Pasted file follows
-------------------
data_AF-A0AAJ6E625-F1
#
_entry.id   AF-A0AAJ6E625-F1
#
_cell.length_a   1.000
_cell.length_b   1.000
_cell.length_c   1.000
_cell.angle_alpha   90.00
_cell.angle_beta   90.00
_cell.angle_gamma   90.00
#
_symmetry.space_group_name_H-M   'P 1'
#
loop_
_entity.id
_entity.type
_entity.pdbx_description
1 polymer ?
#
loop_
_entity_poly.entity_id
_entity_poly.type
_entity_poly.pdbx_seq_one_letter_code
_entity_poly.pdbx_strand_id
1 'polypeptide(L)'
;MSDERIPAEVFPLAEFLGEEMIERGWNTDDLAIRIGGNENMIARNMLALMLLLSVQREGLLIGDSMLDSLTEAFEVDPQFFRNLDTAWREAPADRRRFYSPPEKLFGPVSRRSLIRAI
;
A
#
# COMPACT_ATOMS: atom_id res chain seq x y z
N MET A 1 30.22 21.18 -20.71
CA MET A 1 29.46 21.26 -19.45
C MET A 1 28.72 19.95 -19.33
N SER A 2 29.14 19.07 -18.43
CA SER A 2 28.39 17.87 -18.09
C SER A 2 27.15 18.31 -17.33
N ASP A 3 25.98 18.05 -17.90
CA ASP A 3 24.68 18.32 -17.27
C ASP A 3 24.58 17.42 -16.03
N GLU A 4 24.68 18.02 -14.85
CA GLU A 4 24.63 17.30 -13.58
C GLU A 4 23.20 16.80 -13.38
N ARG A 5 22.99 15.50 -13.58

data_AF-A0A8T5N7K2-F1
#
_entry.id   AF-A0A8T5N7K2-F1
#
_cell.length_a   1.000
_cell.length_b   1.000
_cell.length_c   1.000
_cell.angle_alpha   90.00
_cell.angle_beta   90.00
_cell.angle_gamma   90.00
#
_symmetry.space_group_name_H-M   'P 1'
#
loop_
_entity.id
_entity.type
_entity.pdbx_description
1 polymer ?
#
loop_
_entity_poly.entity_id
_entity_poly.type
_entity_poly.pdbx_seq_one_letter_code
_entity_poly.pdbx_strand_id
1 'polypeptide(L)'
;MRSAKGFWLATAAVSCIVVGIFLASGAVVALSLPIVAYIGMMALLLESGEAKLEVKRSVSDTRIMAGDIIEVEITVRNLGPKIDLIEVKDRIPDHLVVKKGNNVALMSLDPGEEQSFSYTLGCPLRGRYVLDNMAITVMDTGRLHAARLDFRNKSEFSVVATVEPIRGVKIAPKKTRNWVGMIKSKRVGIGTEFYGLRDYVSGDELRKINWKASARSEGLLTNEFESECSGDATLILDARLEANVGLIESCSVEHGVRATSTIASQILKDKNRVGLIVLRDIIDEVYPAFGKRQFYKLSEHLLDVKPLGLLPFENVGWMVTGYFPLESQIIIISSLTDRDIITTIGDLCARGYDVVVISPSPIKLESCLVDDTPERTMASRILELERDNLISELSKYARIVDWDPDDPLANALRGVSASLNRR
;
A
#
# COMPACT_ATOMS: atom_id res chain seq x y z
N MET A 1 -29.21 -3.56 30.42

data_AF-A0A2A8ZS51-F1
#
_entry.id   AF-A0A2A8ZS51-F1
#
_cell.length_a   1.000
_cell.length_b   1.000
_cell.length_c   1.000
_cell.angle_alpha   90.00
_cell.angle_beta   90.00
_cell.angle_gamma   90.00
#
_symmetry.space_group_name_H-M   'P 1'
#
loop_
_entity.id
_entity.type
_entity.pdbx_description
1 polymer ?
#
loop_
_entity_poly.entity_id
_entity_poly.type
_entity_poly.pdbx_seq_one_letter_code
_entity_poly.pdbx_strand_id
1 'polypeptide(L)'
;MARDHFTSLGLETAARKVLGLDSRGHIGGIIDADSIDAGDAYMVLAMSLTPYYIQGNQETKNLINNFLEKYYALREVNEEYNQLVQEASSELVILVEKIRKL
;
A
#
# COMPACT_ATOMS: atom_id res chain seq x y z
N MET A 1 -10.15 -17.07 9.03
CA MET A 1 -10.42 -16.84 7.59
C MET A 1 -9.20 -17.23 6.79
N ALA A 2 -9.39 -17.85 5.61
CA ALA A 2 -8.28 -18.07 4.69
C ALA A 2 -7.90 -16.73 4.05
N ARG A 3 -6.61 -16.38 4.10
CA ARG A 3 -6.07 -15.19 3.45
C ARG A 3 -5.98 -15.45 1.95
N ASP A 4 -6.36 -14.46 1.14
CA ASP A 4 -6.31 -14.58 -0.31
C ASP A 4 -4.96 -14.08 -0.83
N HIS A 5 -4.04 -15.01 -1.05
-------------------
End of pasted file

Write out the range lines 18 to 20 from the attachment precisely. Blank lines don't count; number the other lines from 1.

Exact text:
1 polymer ?
#
loop_